How to Use Sparklines in Excel to Show Trends (Fast & Easy)
Written by co-founder Kasper Langmann, Microsoft Office Specialist.
In Excel, there are lots of graphs that you can add to your report (and Excel keeps on adding new charts).
But what if you want to put a mini chart into a cell? Actually, you might have already seen a few of them in action. 🤔
Those mini-charts are called sparklines.
In this article, you’ll learn what sparklines are and how you could use one on your spreadsheet.
Let’s get started!
Table of Content
What are sparklines in Excel?
Sparklines are small charts in Excel that fit in a cell.
Unlike there large counterparts, sparklines are used to show variations or trends in the data over a period of time.
If you love reports, you may have seen some of them already.
Here’s an example of sparklines that show income per quarter on US states.
Although sparklines don’t have the same functionalities as regular charts, they are great in adding a level of visual analysis into your report by showing trends.
In addition, sparklines make your report look better and more reader-friendly. 😉
How to add a sparkline?
In Excel, there are three types of sparklines you can add — line, column, and win/loss.
Line and column sparklines are easy to understand since they are just tiny line and column charts.
On the other hand, a win/loss sparkline resembles a column chart and a box and whisker plot. This type of sparkline is good where the data is binary — win/loss, yes/no, true/false, 1/-1, etc…
The good news is, adding and formatting each one follows a similar process.
For this tutorial, let’s use the following dataset:
To insert a sparkline in Excel, select the cell in which you want the sparkline to reside in.
Then, on the ‘Insert’ tab…
Click the type of sparkline (on the ‘Sparklines section) you want to add.
Let’s try adding a line sparkline in our example.
After that, you will be asked for the data range.
Note that if you have selected beforehand the cell where you want the sparkline to reside in, you don’t have to change the ‘Location Range’ setting.
To choose the range, either type into the field the range or click the up arrow button and select the cells that contain the data.
After selecting the data range, press ‘Enter’ on your keyboard or click the arrow down button on the window and click ‘OK’.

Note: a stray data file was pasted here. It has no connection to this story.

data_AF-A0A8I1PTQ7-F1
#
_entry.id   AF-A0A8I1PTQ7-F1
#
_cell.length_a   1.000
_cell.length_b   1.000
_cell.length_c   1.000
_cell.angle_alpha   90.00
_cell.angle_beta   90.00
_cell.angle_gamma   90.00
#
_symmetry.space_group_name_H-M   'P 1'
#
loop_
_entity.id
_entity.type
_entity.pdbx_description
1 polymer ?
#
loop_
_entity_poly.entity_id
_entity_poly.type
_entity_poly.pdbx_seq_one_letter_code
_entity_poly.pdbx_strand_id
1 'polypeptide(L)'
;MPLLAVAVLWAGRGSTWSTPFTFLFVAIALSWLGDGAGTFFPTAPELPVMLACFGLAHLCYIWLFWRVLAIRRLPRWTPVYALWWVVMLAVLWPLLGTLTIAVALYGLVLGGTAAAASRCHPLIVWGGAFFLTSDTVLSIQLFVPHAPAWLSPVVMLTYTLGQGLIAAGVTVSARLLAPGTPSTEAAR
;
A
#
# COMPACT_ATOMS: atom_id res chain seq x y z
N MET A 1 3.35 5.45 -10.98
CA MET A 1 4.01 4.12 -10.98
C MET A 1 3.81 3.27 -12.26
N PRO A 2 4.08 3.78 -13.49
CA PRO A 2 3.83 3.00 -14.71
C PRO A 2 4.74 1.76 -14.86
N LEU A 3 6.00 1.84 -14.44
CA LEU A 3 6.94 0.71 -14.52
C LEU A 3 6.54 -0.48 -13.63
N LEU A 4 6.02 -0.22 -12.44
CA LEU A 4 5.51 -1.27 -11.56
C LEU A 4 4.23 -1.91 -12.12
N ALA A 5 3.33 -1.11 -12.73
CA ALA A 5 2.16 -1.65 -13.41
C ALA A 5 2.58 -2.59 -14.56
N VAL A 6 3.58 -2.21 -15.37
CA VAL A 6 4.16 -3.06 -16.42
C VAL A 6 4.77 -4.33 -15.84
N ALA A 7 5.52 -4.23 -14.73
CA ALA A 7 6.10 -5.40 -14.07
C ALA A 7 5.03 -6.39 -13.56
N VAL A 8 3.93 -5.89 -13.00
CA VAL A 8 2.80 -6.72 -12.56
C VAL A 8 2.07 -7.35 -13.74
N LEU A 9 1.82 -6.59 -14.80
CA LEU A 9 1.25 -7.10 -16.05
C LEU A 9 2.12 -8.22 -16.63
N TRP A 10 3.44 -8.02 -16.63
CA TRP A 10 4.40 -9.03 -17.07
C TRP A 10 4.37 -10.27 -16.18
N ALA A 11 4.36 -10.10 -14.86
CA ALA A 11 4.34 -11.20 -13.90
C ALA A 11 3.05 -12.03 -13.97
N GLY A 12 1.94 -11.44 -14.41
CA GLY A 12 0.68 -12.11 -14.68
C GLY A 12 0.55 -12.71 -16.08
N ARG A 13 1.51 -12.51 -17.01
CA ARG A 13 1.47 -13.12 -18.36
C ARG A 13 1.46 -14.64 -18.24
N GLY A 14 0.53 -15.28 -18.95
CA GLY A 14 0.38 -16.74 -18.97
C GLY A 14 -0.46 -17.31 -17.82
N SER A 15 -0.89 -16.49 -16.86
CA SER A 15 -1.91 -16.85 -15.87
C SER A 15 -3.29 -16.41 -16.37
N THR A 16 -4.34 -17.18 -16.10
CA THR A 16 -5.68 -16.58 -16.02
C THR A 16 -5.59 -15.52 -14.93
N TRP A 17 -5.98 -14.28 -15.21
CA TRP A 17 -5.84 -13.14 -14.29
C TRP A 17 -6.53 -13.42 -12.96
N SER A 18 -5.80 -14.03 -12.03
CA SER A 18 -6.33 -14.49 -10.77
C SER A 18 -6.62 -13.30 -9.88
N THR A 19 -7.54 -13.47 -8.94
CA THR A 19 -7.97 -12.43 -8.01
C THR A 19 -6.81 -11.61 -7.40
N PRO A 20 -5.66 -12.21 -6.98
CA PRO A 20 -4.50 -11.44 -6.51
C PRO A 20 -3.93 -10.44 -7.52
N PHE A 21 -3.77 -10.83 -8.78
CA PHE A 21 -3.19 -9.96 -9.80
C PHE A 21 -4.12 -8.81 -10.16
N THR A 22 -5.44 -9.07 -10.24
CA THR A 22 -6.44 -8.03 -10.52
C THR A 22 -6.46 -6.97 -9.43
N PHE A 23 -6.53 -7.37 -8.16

Nice and easy! 😊
Hidden and Empty Cells
It’s normal for some reports to contain hidden and empty cells.
If there’s such a cell in the data range used in creating a sparkline, you will see a noticeable gap on the sparkline by default.
If you would like to show the empty cells as zeroes or connect the data points with a line, all you have to do is:
- Go to the ‘Design’ tab
- Click the ‘Edit Data’ icon
- Select ‘Hidden & Empty Cells…’ from the dropdown
Then, select whether you want to treat a hidden or an empty cell as zero or else, connect the data points with a line.
How to format a sparkline?
You can also format a sparkline’s style, color, and even the points to show.
All of these are in the ‘Design’ tab.
Markers correspond to the different points that can be shown on a sparkline such as:
- High Point
- Low Point
- Negative Points
- First Point
- Last Point
To show any of them, just check their appropriate boxes on the ‘Show’ section.
You can change their color from the ‘Marker Color’.
How to delete a sparkline?
If you have noticed, you can’t delete a sparkline by pressing the ‘Delete’ or the ‘Backspace’ key on your keyboard.
That’s because sparklines aren’t objects. They are elements server as the background of that cell.
To delete a sparkline, all you have to do is select the cell where that sparkline resides.
Then, click the ‘Clear’ button found on either the ‘Home’ tab or on the ‘Design’ tab.
That’s it! The sparkline has been deleted. 😊
Wrapping things up…
Sparklines are like mini charts found on an Excel cell. Technically, they are serving as the background of those cells (which is the reason why you can’t delete them).
These elements are great in showing the trends and variations in the data all inside a single cell. Not only are they good for the eyes, but they also add some level of visual analysis to your reports. 😊